BOOKS READ IN 2015
Only nine. I will try to do better this year.
- •"Nietzsche on Morality" by Brian LeiterThe best piece of scholarship on Nietzsche that I have read. Roots his thinking clearly in the naturalist tradition and rescues him from the post-modernists.
- •"On the Genealogy of Morality" by Friedrich NietzscheA classic work in philosophy and psychology. Read (for the second time) in conjunction with Brian Leiter's book.
- •"What Art Is" by Arthur DantoThe final work from the late philosopher of art. I don't see eye to eye with him on many of the topics discussed, but the book is still worth reading.
- •"Nietzsche in Turin" by Lesley ChamberlainAn impressionistic biographical account of Nietzsche's transformative and highly productive years in Turin, Italy.
- •"My Age of Anxiety" by Scott StosselA deeply personal and thorough examination of anxiety. The history of the condition and its therapies is also explored.
- •"The Stranger" by Albert CamusRead for the third and probably last time. I can understand why high school students and undergrads appreciate this book, but there is no longer anything worthwhile for me in its pages.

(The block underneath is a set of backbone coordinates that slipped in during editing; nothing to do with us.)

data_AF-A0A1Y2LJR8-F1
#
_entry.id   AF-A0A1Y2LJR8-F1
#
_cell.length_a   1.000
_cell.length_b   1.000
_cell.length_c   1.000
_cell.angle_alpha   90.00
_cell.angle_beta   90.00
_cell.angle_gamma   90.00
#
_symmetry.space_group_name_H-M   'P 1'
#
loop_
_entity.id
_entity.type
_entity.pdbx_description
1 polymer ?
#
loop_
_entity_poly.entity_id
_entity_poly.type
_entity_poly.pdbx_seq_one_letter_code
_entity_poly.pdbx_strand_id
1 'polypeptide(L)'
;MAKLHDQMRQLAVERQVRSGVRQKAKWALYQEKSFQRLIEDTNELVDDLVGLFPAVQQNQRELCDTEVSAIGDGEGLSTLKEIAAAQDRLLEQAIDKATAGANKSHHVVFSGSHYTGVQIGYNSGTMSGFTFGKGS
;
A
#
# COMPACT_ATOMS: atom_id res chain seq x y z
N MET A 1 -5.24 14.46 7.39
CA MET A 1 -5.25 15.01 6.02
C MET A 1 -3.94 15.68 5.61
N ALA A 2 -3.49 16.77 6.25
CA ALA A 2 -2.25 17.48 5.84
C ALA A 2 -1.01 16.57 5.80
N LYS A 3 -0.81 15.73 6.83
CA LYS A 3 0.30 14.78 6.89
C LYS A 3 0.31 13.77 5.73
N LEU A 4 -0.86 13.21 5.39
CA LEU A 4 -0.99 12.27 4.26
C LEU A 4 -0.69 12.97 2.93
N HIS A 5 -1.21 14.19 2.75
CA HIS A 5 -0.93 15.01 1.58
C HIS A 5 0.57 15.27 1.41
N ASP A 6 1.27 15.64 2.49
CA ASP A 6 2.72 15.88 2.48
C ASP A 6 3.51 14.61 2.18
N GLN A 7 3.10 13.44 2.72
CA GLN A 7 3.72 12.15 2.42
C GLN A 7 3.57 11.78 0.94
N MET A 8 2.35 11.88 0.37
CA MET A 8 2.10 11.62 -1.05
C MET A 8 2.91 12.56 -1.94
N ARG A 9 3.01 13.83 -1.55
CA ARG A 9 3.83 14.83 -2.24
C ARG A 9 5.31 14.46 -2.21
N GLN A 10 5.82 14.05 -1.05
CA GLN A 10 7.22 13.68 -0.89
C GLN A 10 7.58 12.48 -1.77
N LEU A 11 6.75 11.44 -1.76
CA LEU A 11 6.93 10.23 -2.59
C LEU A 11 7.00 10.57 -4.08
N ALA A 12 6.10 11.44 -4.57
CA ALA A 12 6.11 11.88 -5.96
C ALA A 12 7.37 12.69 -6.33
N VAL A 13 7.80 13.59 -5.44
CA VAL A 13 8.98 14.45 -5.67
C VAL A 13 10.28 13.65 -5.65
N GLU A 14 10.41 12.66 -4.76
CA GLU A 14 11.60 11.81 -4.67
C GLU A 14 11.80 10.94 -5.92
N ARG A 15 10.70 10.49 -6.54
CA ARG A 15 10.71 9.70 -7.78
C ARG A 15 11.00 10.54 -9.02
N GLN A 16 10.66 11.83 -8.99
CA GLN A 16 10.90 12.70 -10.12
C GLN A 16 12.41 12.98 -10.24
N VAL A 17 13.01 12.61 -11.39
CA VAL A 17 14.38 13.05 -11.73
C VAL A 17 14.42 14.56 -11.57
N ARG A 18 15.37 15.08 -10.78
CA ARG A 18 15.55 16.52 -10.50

- •"Waking Up" by Sam HarrisI'm drawn to the philosophy behind insight meditation, as it gels nicely with my own naturalistic worldview. But I needed this science-based account of the practice to convince me to try it for myself. I'm glad I finally did.
- •"The Strange Case of Dr. Jekyll and Mr. Hyde" by Robert Louis StevensonRead for the second or third time, this time in conjunction with a fresh viewing of Rouben Mamoulian's film adaptation. The book is interesting, especially in terms of style, but the film is far superior.
- •"Steppenwolf" by Hermann HesseA providential find, this book really helped pull me out of a long bout with crushing ennui. A pleasing digestif after years of saturating my brain with Nietzsche. At times sharply philosophical, at times surreal, this is a true miracle of a novel.